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Tender prices set to rise by a third, says BICS report

Civil engineering costs and tender prices are continuing to rise as the UK infrastructure market strengthens. According to the latest report by RICS' Building Cost Information Service (BCIS), tender prices are forecast to rise by nearly a third in the next five years.

The report, BCIS Infrastructure Briefing October 2015, said civil engineering costs rose by 0.7% in the second quarter of 2015 compared with the previous quarter, but remained unchanged compared with the same period last year. However, these costs are expected to over the coming five years along with tender prices and new infrastructure output as a whole.

Costs will rise 3.5-5% each year, with the price of materials and nationally agreed wage awards steadily increasing. 

The report expects new infrastructure output to be "very strong" this year, remain static in 2016, and to fall by 2017 as the cycle of some major projects pass peak. It predicts moderate growth returns in 2018 and 2019, with growth rising "quite sharply" in 2020 as a result of increased investment in major roads schemes.

Peter Rumble, head of forecasting at RICS’ BCIS division, said: “With new infrastructure output set to be very strong in 2015, the annual rate of tender price increases is expected to rise in the second half of 2015 and the first half of 2016, resulting in an increase of 7.6% in the year to second quarter 2016. Over the next few years, tender price rises are anticipated to be driven primarily by increases in input costs, rising by 4% to 5%. as growth moderates and even falls in 2017. Over the final year of the forecast, stronger output growth in 2020, together with increasing input costs, are likely to lead to higher tender price rises in the year to second quarter 2020, with a rise of 6.2%.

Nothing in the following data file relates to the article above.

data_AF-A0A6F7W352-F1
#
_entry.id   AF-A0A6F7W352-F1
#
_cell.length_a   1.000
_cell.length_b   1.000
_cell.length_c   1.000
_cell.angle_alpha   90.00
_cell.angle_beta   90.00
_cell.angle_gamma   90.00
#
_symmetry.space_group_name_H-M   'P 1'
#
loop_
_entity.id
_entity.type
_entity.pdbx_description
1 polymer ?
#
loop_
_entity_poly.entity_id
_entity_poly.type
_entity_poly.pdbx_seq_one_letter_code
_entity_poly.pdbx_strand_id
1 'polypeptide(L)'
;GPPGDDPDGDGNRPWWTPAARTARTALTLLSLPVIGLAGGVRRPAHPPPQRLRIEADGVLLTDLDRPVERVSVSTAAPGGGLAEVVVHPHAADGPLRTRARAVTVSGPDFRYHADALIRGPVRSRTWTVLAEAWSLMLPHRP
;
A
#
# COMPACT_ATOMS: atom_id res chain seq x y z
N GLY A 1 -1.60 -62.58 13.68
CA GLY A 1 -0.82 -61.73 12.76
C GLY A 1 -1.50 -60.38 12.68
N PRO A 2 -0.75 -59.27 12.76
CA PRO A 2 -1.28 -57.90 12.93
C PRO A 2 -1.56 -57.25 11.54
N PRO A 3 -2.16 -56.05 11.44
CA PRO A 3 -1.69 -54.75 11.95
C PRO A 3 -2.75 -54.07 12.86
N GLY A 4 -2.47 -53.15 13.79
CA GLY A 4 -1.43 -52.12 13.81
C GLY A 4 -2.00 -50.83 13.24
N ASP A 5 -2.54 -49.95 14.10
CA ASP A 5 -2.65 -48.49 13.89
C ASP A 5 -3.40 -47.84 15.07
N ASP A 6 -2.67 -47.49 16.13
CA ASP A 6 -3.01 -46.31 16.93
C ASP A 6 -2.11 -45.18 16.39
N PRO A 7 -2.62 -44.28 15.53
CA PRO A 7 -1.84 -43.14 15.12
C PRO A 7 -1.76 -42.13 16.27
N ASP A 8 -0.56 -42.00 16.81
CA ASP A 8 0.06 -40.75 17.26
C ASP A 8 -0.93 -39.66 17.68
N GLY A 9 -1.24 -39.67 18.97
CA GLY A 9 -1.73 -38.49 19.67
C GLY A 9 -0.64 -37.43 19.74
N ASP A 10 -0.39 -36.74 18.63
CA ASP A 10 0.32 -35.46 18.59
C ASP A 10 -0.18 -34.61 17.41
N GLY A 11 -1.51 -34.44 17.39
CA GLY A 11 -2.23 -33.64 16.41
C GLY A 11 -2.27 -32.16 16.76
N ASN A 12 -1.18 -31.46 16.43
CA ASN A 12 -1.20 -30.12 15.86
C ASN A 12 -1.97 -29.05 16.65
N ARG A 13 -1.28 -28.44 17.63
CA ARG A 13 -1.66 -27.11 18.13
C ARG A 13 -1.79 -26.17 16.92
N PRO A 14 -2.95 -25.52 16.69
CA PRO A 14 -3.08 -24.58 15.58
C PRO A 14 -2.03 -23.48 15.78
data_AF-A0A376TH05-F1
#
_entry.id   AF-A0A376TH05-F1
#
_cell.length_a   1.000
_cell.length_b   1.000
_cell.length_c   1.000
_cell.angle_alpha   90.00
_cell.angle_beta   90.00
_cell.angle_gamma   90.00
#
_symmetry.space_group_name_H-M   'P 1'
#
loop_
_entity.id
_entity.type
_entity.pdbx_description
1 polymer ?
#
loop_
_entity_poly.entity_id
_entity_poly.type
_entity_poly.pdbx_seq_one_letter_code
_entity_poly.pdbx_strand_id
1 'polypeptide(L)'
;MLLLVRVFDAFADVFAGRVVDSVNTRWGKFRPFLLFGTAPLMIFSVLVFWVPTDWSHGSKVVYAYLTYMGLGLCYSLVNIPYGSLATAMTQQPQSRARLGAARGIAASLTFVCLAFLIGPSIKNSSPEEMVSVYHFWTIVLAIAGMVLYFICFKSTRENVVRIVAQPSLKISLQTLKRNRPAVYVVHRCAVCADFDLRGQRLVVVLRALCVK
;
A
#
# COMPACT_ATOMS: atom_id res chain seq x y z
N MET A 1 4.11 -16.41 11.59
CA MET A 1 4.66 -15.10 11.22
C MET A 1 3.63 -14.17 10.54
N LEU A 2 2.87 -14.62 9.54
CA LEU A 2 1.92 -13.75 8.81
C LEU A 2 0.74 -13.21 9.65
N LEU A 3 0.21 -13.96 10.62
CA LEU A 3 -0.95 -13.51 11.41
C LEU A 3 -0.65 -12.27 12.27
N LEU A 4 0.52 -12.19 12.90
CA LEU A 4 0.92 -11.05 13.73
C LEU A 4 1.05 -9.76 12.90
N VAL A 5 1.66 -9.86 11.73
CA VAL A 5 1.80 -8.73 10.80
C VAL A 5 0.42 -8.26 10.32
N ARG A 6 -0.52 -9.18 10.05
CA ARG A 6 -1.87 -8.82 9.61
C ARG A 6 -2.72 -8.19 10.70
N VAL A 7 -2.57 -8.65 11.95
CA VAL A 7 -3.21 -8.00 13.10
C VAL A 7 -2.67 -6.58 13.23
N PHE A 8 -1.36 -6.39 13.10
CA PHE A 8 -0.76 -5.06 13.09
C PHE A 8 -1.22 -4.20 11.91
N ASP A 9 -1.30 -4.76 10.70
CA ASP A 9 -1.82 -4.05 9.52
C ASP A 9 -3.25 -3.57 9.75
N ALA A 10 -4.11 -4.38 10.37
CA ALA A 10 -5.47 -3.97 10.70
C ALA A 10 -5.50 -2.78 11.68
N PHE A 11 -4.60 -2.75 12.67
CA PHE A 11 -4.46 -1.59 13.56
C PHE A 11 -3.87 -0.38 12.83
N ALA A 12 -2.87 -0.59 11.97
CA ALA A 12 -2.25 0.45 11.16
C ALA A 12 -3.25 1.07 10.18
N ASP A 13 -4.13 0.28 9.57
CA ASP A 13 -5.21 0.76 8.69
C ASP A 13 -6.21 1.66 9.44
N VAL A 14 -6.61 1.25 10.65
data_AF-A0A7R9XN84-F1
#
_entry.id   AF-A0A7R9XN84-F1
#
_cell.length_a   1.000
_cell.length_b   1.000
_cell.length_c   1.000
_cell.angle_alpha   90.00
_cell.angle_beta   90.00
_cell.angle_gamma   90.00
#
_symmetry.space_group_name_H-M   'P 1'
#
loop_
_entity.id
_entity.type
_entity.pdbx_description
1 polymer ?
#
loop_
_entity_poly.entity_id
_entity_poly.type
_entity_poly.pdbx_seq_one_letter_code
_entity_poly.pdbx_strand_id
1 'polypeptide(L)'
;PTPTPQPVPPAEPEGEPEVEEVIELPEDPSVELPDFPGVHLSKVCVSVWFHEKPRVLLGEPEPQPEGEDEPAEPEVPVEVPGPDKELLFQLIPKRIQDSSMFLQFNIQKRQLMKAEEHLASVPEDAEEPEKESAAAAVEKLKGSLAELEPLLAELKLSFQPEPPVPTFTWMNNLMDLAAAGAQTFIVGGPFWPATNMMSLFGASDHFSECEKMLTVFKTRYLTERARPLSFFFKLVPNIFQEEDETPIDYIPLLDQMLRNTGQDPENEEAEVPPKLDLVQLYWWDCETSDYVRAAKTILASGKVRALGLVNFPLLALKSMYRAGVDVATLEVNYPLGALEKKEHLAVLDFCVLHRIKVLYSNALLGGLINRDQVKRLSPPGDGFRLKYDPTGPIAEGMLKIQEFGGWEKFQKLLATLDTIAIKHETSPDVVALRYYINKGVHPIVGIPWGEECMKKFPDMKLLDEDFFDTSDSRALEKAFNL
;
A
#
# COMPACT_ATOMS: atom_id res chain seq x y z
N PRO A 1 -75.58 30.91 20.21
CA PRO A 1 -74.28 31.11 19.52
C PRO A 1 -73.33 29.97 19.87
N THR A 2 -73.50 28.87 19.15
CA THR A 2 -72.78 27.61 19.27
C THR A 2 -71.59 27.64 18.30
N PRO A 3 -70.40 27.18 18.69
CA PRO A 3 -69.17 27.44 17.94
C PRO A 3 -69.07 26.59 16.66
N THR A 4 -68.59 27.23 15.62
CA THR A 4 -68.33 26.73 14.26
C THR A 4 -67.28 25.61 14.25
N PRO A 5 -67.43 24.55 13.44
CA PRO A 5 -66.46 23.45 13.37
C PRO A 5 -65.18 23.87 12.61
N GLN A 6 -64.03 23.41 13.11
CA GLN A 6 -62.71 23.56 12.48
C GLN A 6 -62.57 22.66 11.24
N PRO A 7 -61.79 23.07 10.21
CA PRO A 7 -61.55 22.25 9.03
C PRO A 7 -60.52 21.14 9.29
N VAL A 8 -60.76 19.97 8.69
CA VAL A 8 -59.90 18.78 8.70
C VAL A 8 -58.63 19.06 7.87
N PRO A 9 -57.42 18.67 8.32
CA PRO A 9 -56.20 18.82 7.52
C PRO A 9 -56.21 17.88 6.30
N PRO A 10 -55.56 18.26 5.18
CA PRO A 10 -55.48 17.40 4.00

"New infrastructure output is anticipated to be at a historically high level over the forecast period compared with pre-2010, with annual average growth of around 3.5% - a real positive for Britain and the economy.”

Author: Maureen Gaines, Editor, WET News Find on Google+
Topic: Contractors
Tags: engineering , infrastructure , construction


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